Does the Simulation Hypothesis Offer the Best Argument for God?

Gerald R. Baron
16 min readNov 19, 2023
Images: Wikipedia, unsplash. Saint Anselm of Canterbury offered one of the most discussed arguments for the existence of God based on his perfection. Philosopher David Chalmers reviews this argument and other major arguments for God but finds the simulation hypothesis to provide probably the strongest. But, is it enough to overcome his resistance to the idea?

This is the second in a series exploring philosopher of consciousness David Chalmers’ 2022 book titled Reality+: Virtual Worlds and the Problems of Philosophy. Chalmers, an atheist, who believes it possible that we are living in simulation, shows how such a belief challenges his atheism. Afer reviewing historic arguments for God, he concludes the simulation hypthesis may be the strongest, but it’s not enough to overcome his resistance to faith.

At the beginning of Chapter 9, “Did simulation create it from bits,” David Chalmers reflects on, or maybe parodies, the Genesis account of creation: (p. 167)

God said “Let there be bits!” And there were bits. God saw that the bits were good, and he separated them from each other. He called one bit “zero,” and the other bit “one.”

In the previous chapter Chalmers explained how the universe could be, or likely is, made of information. He refers to physicist John Wheeler’s term for how at the most fundamental level reality is reduced to bits — answers to questions that nature poses with yes or no responses. Wheeler said it was “observer-participators” who answered the binary questions that made the universe what it is. Wheeler’s idea was a bit different than how Chalmers’ uses it, as Chalmers admits, but he bases his argument that a simulation is a first class reality in the same way we consider the world we inhabit a first class reality because simulations are based on digits. They are made of information, the coding of zeros and ones, while our non-sim world uses the bits of quarks. He summarizes the idea this way: (p. 168–169)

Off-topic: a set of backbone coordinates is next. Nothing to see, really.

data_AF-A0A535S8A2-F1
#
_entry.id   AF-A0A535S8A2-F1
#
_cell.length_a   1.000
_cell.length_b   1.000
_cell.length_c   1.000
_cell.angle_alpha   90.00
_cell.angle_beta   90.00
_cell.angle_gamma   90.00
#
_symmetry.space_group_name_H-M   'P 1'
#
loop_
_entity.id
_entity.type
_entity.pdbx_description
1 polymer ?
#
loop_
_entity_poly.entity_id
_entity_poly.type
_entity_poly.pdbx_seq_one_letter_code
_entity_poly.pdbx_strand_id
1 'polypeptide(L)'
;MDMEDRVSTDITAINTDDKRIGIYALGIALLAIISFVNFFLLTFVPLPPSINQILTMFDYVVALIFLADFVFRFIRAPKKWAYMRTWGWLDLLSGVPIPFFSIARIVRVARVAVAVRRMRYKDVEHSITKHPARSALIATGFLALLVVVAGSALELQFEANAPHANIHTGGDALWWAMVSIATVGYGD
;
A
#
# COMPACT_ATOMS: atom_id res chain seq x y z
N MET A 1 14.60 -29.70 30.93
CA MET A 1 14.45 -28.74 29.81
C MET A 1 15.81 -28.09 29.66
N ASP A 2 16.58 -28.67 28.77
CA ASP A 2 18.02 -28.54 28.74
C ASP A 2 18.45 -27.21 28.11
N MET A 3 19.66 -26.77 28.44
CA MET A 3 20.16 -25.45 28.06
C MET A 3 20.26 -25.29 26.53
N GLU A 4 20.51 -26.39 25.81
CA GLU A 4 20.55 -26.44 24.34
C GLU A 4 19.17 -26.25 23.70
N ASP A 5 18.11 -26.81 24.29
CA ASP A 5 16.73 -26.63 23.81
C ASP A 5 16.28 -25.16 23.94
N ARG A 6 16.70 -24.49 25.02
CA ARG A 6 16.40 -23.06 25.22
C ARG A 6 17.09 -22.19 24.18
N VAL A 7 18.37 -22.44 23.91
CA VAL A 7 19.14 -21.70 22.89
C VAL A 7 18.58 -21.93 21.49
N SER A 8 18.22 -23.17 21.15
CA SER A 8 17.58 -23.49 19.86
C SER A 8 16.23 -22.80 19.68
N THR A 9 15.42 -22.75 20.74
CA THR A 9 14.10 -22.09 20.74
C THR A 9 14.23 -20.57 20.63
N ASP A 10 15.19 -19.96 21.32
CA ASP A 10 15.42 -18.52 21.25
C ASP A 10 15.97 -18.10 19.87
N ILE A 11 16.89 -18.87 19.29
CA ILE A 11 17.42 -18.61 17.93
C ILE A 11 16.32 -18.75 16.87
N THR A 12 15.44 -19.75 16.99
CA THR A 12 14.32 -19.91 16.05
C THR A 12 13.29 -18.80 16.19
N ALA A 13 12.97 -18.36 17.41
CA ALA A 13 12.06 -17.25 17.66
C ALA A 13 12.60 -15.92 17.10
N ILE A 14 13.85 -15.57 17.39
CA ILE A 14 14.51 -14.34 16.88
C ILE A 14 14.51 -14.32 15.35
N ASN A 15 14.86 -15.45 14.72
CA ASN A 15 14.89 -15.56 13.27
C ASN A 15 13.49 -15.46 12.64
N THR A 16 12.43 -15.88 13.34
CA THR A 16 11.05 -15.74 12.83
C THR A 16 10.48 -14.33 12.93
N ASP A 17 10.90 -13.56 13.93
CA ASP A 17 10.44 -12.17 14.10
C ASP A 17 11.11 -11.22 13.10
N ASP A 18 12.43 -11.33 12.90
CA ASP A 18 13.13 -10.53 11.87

“The it-from-bit creation hypothesis combines the it-from-bit hypothesis and the creation hypothesis developed in preceding chapters by saying that the physical world was created by a creator and is made of bits. The hypothesis should have a familiar ring. Its structure is analogous to the simulation hypothesis. The simulation hypothesis has two basic components: a simulator and a simulation. The it-from-bit creation hypothesis has two basic components: a creator and some bits. The simulation sets in motion the algorithm for the simulation, and the creator sets in motion the algorithm for the interaction of bits. The creator and the simulator have essentially the same job.”

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Gerald R. Baron

Dawdling at the intersection of faith, science, philosophy and theology.